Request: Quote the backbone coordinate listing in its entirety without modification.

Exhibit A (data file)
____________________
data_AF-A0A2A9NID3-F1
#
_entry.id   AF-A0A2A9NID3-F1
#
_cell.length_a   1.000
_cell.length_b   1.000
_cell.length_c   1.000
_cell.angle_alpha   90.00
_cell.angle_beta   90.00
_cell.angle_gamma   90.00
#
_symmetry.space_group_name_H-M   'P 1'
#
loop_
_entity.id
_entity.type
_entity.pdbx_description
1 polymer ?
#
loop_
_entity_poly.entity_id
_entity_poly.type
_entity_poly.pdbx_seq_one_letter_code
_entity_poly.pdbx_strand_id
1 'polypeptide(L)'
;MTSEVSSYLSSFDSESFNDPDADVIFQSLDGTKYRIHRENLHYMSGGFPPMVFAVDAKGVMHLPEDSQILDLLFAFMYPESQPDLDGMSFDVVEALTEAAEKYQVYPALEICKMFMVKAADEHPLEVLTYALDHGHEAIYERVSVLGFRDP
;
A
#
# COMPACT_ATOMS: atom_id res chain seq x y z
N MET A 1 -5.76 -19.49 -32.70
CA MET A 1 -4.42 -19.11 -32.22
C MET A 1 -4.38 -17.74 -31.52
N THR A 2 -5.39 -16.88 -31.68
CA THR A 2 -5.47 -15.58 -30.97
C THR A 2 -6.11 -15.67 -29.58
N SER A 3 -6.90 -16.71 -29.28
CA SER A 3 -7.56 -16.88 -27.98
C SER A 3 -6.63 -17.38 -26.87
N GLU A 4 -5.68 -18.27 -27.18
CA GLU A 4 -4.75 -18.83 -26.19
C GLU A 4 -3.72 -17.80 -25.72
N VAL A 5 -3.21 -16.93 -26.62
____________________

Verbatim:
data_AF-A0A2A9NID3-F1
#
_entry.id   AF-A0A2A9NID3-F1
#
_cell.length_a   1.000
_cell.length_b   1.000
_cell.length_c   1.000
_cell.angle_alpha   90.00
_cell.angle_beta   90.00
_cell.angle_gamma   90.00
#
_symmetry.space_group_name_H-M   'P 1'
#
loop_
_entity.id
_entity.type
_entity.pdbx_description
1 polymer ?
#
loop_
_entity_poly.entity_id
_entity_poly.type
_entity_poly.pdbx_seq_one_letter_code
_entity_poly.pdbx_strand_id
1 'polypeptide(L)'
;MTSEVSSYLSSFDSESFNDPDADVIFQSLDGTKYRIHRENLHYMSGGFPPMVFAVDAKGVMHLPEDSQILDLLFAFMYPESQPDLDGMSFDVVEALTEAAEKYQVYPALEICKMFMVKAADEHPLEVLTYALDHGHEAIYERVSVLGFRDP
;
A
#
# COMPACT_ATOMS: atom_id res chain seq x y z
N MET A 1 -5.76 -19.49 -32.70
CA MET A 1 -4.42 -19.11 -32.22
C MET A 1 -4.38 -17.74 -31.52
N THR A 2 -5.39 -16.88 -31.68
CA THR A 2 -5.47 -15.58 -30.97
C THR A 2 -6.11 -15.67 -29.58
N SER A 3 -6.90 -16.71 -29.28
CA SER A 3 -7.56 -16.88 -27.98
C SER A 3 -6.63 -17.38 -26.87
N GLU A 4 -5.68 -18.27 -27.18
CA GLU A 4 -4.75 -18.83 -26.19
C GLU A 4 -3.72 -17.80 -25.72
N VAL A 5 -3.21 -16.93 -26.62